The Association of American Medical Colleges has released a report with recommendations on how academic medical institutions should address and disclose to patients physician and institutional conflict of interest that can negatively affect the delivery of patient care.
AAMC pushes clinical-care conflict-of-interest policies
The report, the third and final in a series of AAMC reports addressing conflict of interest, calls on academic medical institutions to create clinical-care conflict-of-interest policies similar to those developed to govern conflict of interest in research.
Among the suggestions, the report, “In the Interest of Patients: Recommendations for Physician Financial Relationships and Clinical Decision Making,” advises academic medical centers to move beyond physician-industry relationships when evaluating financial-compensation sources that can influence physicians' treatment choices for patients. The authors note, for example, that capitated reimbursement, fee-for-service and pay-for-performance systems may each exert financial influence over doctors' treatment decisions.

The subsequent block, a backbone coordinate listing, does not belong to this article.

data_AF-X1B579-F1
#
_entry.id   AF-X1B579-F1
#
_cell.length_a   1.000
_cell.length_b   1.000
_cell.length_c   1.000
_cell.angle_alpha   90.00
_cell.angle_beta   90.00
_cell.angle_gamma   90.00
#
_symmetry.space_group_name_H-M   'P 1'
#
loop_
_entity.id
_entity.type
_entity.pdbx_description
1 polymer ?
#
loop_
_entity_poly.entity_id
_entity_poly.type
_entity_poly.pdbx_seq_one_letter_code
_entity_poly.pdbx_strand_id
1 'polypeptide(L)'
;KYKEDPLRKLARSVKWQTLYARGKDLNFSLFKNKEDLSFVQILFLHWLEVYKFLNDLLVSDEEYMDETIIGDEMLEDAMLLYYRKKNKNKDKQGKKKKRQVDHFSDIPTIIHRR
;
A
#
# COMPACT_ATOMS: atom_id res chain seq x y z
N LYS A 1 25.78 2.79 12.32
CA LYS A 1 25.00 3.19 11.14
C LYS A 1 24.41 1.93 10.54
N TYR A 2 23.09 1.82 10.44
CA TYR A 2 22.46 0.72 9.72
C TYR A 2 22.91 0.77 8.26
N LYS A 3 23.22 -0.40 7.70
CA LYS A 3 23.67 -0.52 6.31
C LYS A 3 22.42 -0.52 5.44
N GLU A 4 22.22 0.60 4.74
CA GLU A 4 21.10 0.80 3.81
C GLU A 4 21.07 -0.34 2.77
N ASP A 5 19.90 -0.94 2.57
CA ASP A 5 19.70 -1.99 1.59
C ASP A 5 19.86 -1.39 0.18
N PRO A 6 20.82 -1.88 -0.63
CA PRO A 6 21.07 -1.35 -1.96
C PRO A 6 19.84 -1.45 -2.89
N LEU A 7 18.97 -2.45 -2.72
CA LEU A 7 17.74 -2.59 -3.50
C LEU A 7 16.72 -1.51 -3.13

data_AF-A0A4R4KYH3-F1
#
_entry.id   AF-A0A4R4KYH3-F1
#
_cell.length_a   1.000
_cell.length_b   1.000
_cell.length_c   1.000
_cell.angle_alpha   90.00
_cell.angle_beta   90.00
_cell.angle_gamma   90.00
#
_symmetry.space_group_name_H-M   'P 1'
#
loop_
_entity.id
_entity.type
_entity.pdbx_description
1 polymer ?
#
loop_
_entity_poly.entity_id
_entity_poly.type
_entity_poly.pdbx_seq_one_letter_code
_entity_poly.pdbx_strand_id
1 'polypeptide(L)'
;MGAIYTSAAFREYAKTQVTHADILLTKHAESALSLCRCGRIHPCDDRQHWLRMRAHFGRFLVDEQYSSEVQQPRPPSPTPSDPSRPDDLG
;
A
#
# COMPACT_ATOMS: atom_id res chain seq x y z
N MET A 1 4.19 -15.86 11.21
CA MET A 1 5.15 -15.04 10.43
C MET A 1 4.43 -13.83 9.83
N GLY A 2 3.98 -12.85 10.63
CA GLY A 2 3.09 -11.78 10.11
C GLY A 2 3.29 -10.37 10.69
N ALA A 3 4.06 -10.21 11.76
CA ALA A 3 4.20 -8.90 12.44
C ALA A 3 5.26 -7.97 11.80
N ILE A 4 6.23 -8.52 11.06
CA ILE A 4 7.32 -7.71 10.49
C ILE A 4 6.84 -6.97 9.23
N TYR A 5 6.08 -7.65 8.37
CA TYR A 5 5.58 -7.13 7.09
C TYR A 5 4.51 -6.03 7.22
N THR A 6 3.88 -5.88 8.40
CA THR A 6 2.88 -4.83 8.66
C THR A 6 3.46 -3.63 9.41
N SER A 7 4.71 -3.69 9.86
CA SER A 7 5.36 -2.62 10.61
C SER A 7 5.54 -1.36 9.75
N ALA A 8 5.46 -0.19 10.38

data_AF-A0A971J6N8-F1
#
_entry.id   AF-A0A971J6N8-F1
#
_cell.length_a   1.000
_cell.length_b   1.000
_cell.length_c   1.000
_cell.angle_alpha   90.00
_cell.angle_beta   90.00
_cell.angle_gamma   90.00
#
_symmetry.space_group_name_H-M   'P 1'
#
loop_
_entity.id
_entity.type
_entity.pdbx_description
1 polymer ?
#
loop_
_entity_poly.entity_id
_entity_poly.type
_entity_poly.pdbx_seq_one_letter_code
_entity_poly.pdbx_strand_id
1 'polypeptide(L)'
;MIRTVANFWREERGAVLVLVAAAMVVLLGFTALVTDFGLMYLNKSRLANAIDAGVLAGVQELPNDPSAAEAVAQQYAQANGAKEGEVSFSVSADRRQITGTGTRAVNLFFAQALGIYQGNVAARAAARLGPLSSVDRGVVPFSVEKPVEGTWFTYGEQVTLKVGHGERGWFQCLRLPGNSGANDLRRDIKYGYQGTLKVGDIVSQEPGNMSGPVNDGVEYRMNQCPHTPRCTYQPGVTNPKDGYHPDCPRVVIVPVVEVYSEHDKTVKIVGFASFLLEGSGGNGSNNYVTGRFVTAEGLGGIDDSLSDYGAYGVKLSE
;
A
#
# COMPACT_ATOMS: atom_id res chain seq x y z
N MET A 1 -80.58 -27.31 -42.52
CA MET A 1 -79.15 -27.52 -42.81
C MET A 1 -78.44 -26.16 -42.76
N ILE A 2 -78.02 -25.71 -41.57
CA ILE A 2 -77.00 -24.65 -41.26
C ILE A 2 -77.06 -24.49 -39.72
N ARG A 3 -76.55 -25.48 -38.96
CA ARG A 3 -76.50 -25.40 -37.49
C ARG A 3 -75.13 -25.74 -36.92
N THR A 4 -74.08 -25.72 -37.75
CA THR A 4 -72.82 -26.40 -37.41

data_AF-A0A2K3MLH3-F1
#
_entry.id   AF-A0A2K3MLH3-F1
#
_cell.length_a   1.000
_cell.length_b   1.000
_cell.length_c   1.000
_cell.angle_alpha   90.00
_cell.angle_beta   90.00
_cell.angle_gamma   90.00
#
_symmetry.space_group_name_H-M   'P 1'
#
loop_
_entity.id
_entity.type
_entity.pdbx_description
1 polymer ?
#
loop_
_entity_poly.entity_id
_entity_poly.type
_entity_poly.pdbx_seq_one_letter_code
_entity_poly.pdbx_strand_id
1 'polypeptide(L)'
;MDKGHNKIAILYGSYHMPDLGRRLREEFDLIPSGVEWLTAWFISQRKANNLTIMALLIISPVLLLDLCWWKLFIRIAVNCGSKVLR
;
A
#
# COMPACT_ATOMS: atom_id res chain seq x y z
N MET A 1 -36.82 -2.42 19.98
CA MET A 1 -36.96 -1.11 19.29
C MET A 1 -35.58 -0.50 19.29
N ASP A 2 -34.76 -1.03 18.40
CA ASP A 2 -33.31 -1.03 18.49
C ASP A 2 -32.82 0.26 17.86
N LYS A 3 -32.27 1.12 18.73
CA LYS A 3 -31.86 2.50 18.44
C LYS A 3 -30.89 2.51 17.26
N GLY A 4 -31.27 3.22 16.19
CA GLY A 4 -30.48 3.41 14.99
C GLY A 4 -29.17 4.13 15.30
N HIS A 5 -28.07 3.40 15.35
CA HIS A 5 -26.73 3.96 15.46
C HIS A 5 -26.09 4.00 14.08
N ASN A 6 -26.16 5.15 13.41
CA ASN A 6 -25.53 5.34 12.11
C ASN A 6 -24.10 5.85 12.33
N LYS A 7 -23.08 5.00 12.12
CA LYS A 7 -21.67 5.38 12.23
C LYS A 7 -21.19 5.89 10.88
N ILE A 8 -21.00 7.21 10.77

The report also addresses the importance of academic medical institutions setting an example for physicians by creating and following standards for addressing institutionwide clinical-care conflict of interest. The report recommends that academic medical institutions establish mechanism for identifying industry financial relationships that have potential to bias clinical decision-making, set specific thresholds for reporting and evaluating those conflicts, and solicit patient input on when public disclosure of financial conflicts is useful.
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